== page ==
Sean: Let me first say that the terminology is broad. Most of the terminology that we use is universal, so we use, let’s say for a trans person, we shorten it by saying “trans,” or for gay men, we just say “gay” despite the fact that “gay” also covers a large set of persons…
However, here in Jamaica, there is some slang that we use to identify people that you may not really understand. So, for example—and this is going to be very funny—for many who identify as gay men, we use a term called “battymen,” and it relates to the act of anal sex. “Batty” is another term for the butt.
And I believe that it’s important that we understand and recognize this terminology because it can bring you closer or actually pull you further away from the community. In Jamaica, we have some community members who identify with the community, but we have some who don’t. And based on socioeconomic background and status, a lot of people don’t readily identify with a lot of the terminology. So you’ll have a person who will say to you, “I am a gay man, but I am not a battyman.”
When it comes to our work, we have to be very careful, because while the organization tries to help all youth, you have people who will not recognize some terminology, or they won’t accept certain terminology. So when we go to certain spaces, depending on the space that we’re in, we choose the language that we use to communicate with the persons within that space. It’s people-centered … We just need to know how to approach persons based on where they are.
Brittany: “LGBTQ youth,” “young people from sexual and gender minorities”—they’re umbrella terms that include many different people. How should SRH program planners go about ensuring that all young people are being reached and that they’re addressing all of the individuals and communities under this term?
Sean: JFLAG has been doing work in highlighting some of the issues that relate to access. We have trained numerous health care workers, numerous providers. Not only that, but we have gone to the extent of training persons who may not strictly be health care workers, but maybe, the first person that someone from the community would interact with. This makes accessing health care and accessing information around sexual choices a little bit easier.
Based on the work that we’ve done and the research that we’ve done, we have compiled manuals, guides, and books on how to be a little safer, or more cautious, about where you access health care. We have a list of health care professionals who are tolerant, who understand the needs of the community. If for whatever reason somebody calls us to say, “Hi, do you know anybody who can provide such-and-such service,” we already have a wealth of information or a list of persons, saying “This person is cool, this person is okay, they can provide the support that you may need.”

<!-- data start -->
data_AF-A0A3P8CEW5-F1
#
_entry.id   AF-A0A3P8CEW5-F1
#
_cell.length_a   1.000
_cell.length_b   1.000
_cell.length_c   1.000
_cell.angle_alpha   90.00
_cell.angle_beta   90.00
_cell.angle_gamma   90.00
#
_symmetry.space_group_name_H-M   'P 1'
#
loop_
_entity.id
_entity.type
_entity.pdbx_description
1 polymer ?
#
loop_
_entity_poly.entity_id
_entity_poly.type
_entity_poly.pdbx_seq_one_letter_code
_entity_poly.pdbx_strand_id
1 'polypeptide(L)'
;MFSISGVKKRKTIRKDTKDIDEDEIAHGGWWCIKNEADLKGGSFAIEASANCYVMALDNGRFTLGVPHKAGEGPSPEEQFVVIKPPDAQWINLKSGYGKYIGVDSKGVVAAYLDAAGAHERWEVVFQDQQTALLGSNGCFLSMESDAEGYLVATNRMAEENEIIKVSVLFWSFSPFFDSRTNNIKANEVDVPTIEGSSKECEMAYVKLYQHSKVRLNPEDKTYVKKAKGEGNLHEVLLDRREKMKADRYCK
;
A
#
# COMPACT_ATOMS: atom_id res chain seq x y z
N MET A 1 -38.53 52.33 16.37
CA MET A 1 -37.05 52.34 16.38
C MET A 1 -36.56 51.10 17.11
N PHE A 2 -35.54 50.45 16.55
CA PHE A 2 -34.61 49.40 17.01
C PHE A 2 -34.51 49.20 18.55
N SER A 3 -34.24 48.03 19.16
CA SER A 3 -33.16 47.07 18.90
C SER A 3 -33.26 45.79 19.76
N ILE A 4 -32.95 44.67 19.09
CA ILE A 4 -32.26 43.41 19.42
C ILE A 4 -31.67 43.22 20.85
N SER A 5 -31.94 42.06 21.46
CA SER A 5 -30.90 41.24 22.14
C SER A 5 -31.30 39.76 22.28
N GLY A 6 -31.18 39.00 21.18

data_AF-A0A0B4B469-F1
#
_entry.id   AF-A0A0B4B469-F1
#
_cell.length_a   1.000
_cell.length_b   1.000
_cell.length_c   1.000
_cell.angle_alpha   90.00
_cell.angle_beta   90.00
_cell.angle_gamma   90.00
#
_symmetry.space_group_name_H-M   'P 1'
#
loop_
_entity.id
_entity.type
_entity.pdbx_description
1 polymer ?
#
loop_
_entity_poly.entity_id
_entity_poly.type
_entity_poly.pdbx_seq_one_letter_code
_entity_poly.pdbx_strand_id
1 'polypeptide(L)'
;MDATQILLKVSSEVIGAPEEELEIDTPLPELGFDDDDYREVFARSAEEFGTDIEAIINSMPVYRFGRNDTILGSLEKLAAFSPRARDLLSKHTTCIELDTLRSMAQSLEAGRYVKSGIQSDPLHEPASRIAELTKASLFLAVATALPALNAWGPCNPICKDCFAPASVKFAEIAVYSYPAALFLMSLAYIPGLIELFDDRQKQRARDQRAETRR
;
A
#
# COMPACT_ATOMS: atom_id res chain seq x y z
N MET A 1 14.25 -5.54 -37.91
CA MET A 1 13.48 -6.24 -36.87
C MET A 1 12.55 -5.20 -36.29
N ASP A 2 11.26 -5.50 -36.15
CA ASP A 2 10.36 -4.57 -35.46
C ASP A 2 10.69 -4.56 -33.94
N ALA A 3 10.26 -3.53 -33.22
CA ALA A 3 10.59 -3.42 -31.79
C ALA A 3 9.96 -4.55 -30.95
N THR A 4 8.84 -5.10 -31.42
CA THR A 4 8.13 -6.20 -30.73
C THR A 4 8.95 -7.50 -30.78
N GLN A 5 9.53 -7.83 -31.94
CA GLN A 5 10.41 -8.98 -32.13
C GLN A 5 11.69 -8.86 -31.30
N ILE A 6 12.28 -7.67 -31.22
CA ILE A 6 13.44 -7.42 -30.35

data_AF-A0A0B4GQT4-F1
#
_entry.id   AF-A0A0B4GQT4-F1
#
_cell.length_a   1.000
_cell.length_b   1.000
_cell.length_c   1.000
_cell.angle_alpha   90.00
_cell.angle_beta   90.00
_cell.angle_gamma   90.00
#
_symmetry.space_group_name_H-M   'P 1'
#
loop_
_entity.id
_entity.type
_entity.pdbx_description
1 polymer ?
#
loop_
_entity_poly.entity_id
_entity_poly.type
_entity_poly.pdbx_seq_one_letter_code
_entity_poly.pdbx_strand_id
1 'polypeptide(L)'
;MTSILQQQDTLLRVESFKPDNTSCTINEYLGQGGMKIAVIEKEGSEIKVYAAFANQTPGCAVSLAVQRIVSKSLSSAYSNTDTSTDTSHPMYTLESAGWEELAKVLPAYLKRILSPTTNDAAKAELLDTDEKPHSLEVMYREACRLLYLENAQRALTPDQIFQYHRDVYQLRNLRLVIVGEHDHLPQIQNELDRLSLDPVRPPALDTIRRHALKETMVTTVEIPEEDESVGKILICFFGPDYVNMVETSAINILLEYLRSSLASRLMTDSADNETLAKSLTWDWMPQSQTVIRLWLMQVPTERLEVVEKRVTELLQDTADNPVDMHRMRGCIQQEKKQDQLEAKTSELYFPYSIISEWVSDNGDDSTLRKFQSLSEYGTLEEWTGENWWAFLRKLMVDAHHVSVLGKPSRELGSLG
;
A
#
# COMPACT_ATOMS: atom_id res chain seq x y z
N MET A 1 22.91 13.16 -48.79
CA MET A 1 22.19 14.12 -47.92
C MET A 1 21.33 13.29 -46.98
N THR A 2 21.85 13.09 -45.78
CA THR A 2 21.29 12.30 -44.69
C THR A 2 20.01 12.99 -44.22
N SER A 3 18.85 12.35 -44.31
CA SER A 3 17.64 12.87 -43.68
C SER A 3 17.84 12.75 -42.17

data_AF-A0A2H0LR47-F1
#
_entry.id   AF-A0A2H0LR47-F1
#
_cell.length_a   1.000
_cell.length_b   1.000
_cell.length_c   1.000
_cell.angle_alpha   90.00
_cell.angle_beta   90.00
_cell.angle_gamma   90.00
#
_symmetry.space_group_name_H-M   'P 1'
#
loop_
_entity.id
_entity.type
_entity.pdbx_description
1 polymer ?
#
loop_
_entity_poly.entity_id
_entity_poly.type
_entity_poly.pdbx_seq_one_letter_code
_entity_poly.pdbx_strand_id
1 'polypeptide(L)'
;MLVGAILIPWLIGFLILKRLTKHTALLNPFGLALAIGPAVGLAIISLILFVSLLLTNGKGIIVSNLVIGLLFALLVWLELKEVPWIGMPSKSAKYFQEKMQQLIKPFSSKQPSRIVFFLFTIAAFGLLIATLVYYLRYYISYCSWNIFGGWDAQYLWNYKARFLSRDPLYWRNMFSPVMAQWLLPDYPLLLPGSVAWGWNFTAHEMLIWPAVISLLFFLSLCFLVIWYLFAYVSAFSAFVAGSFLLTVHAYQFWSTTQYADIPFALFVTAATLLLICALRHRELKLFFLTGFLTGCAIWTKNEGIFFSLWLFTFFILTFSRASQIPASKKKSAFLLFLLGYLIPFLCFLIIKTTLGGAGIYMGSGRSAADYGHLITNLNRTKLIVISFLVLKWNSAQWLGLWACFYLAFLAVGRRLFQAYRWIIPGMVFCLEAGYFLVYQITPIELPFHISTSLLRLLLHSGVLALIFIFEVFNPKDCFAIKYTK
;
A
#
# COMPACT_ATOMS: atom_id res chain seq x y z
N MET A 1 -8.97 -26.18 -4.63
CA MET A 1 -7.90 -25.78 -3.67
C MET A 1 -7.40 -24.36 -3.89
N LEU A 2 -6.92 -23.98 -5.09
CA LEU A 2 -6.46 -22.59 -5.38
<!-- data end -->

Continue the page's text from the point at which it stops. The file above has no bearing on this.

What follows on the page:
Also, what’s important to note is because of the work that JFLAG has been doing, it’s not just
“umbrella” health. [Gender-identity specific] help is provided. So we have trans persons who may get a particular type of help that may differ from, say, the help that a cis queer woman would [want]. So it’s not just “general queer people health care.”
Watch the first episode of JFLAG’s The Real Real.
“So we have direct contact with the community, and they are willing to participate in whatever we’re doing because, in the end, they are the ones who benefit from it.”
Brittany: It’s important to have those resources, to be able to know where to go and where to feel welcome and feel like you’re in a safe space. If somebody were looking to create a similar resource for their own country, how would you suggest going about it? How did JFLAG initially go about creating these resources?
Sean: What I would suggest overall is to not assume. A lot of persons would sit on the sidelines and assume that “This person from the queer community, this is what they need,” without actually asking the persons who need the support.
So what we did was a lot of research. We did a lot of focus groups. We did polls. We did interviews. All to find out what exactly youth from the queer community want, without assuming what they want. After we’d gathered that information, we thought it would be great to reach out to people who provide support—so the nurses, the doctors, the health care facilities—and we had conversations about what help can be provided, what is lacking, what this person did not provide. We were then able to do training where we could try and fix the problems.
We also reached out to the government to say, you know, “It is your responsibility as the government to provide for your people, to try and ensure that your people are accessing the best care that’s humanly possible.” So we reached out to the government to have a conversation, to see how best they can provide their support. And then with all of that combined—all three stakeholders [youth, service providers, and the government] together—we can see how best to provide support.
Brittany: You’ve talked about the importance of speaking to people. Would you mind talking a little bit more about how you go about doing that in a safe way, when in a lot of contexts, youth identifying as LGBTQ are not necessarily accepted?
Sean: JFLAG has a database of persons who would have volunteered [with] us. Sometimes we would draw on this database and just ask some general questions about what’s happening. “How do you see support, what do you envision it being?”
We’ll reach out to partner agencies, NGOs, maybe the government and Ministry of Health to find out what the issues are or what has been reported to them. You know, “What are some of the negative reports that you have been hearing?” And then we see how we can best fix it. We do a lot of stuff. We’ll have little parties and invite persons from the community. And during those sessions, we’ll have conversations like, “What is health care like for you? Do you think it can be better?”
We also do focus groups and community sensitization sessions where we will tell them what health care should look like, what health care is, and then ask, you know, “Based on our description of health care, what is it that you’re not getting? How can this be improved? How is it affecting your life?”
We also have an LGBTQ youth-specific helpline. We also take note of helpline reports based on what the clients or the callers would report to us, what some of the issues are, and then from that, pull data.
So we have direct contact with the community, and they are willing to participate in whatever we’re doing, because in the end, they are the ones who benefit from it.